If you’re a person who is dating or who has dated in the not-so-distant past, there’s a pretty good chance that you’ve used an online dating site (like Match or OkCupid) or dating apps (like Tinder, Bumble and Hinge) to do it.
After all, a 2017 survey found that 70 percent of single men and women use dating apps while they’re at work — and yes, that’s JUST during their time on the job!
Let’s be real. Movies might have us convinced that we can find true love in long-term relationships when we visit some whimsical location like a library, or by accidentally bumping heads with a stranger while stooping to pick up a shiny new penny from the ground, but reality is different.
And if you want to date in reality, chances are your best bet when it comes to connecting with someone who has serious relationship potential is going to be traipsing into the world of online dating in one form or another.
Simply filling out a profile and crossing your fingers for good luck simply isn’t going to cut it, however.
If you want to stand out from the crowd, you’ve got to create a dating profile that will show men what an attractive woman you are, not send them running to hills!
Now, I realize the chances are pretty high that you’ve already created one or two dating profiles in your day. Maybe you’ve even had some pretty decent returns too!
Or maybe, you haven’t. Maybe you’ve tried to communicate everything awesome and lovable and cool and groovy about yourself, and for whatever reason, you’re only attracting the creepiest of men, if any men at all.
That doesn’t mean that you’re a bad writer or that, worse still, you’ve got a bad personality. All it means is that you’ve been writing profiles that would appeal to you and maybe some other straight ladies, but you haven’t yet written a profile that would capture the attention of the kind of man you’re looking for, because let’s face it, men and women look for different things when they look at profiles on dating apps.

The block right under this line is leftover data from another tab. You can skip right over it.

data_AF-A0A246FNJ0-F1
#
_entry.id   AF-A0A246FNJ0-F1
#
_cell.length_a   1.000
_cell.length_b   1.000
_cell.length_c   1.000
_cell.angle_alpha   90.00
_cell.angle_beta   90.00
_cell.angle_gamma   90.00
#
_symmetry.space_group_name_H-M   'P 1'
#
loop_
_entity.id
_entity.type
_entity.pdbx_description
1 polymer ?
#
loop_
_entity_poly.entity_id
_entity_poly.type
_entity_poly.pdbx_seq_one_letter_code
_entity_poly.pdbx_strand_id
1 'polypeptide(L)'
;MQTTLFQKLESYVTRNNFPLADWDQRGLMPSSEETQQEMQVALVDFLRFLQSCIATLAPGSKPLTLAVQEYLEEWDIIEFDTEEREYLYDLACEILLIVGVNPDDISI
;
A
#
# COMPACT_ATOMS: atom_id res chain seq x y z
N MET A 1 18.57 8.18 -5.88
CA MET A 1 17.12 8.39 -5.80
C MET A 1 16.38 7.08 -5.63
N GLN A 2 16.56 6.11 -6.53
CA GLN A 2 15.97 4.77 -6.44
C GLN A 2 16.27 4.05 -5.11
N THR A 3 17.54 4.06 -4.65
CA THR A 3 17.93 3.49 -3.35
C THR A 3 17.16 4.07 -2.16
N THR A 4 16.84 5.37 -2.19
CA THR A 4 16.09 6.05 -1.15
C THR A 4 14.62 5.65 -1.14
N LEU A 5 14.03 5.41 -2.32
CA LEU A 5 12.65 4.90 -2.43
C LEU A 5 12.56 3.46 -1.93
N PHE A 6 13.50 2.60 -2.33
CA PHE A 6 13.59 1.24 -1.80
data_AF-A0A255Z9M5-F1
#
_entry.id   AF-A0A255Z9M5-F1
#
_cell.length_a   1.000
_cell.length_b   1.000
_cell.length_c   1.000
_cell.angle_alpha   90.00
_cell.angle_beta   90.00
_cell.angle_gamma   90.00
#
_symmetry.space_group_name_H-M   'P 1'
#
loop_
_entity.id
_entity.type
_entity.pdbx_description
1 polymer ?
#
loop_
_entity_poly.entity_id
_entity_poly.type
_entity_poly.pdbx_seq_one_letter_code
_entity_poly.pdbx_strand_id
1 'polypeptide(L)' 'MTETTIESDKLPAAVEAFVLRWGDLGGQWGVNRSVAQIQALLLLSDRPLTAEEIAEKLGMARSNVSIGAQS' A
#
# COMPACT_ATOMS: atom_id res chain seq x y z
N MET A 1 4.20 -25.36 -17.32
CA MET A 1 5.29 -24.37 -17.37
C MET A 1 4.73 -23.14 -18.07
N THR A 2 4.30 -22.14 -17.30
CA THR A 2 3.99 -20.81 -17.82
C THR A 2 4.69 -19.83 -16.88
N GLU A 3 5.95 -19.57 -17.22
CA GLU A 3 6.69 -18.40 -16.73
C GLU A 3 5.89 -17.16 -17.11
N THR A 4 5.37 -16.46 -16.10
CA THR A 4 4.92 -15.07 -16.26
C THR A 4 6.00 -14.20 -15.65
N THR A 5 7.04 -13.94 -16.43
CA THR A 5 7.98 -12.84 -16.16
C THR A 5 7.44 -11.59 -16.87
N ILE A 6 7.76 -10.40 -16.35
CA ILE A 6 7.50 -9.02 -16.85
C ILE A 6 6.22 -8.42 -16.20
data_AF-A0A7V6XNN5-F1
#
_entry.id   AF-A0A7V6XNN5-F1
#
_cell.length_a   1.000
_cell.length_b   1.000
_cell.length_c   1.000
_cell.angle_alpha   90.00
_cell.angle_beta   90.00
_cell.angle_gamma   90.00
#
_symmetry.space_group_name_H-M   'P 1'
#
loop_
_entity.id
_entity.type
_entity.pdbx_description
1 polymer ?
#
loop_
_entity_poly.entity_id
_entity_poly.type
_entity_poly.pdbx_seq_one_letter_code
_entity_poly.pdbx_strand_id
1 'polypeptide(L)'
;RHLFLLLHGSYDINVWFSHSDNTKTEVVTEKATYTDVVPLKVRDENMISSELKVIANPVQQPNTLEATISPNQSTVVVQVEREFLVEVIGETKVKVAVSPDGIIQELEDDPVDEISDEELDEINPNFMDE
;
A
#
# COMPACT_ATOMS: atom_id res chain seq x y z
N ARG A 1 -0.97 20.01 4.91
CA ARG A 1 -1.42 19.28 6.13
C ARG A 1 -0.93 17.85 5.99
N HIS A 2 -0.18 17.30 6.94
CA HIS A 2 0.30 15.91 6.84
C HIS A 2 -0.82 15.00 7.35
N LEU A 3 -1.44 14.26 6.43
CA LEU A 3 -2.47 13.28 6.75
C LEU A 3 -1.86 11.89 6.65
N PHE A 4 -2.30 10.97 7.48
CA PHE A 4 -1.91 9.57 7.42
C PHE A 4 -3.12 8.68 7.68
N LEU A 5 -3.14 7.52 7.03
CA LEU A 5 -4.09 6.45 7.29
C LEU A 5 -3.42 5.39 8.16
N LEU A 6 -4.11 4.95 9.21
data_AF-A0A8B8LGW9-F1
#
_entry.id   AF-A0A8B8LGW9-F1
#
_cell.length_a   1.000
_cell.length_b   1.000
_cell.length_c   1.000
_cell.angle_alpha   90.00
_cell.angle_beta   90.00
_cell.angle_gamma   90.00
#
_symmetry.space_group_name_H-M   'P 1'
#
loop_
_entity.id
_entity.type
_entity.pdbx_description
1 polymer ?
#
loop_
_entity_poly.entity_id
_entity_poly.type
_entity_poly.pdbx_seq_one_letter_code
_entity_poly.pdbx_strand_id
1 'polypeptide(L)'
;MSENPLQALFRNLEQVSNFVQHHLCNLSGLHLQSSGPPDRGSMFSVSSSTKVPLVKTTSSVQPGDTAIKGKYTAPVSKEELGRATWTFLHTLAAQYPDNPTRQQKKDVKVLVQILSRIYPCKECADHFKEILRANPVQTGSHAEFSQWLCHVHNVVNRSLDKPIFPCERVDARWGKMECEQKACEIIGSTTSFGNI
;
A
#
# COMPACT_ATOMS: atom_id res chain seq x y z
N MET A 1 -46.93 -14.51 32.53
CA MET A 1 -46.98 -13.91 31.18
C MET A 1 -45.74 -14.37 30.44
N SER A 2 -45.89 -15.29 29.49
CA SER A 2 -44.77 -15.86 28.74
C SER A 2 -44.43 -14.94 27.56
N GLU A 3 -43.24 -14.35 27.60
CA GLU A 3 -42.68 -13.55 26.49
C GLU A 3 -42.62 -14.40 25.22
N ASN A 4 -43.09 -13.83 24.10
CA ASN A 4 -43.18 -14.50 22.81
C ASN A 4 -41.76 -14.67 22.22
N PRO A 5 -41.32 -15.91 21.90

Here’s something you probably already know: men are highly visually creatures.
Sure, they want to get to know you as a person, but first, their interest in your looks must be attained. This doesn’t mean you need portrait level photographs. It just means that you need to make sure you have several clear, and full body shots of you, lovely you! However, that’s not all that men look for when they are checking out a profile. In fact, men have a lot of serious feedback when it comes to talking about what works, and what absolutely doesn’t, on dating profiles.
One redditor recently visited AskMen on Reddit to ask this question:
“Men of Reddit, what makes you notice a women’s online dating profile? I’m about to venture into online dating and I want to learn what to do and what not to do.”
For insider takes on this issue, here’s what men say they look for in women on dating apps like Tinder, Bumble, and Hinge.
1. Originality is key.
“If she actually put some effort to writing it and didn’t just use dumb canned lines like, ‘fluent in sarcasm’ or ‘looking for my partner in crime’ or ‘Venmo me $5 and see what happens.'”
2. Good pictures are just a start.
“Most guys swipe based on the pictures but proceed post-match based on profiles. Just because the match rate is really low for guys. But if your profile is a ghost town or train wreck it doesn’t really give us anything to start the conversation (and we’re expected to start the conversation so give us something to work with!)…
“You can also use your profile as a filter. If a guy opens based off your profile he’s likely interested in dating (this requires a somewhat interesting profile). If it’s a canned pickup line or the like he’s liable to be trawling for something casual (not a 100% determinant, though).”
3. Actually just fill out a profile. Period.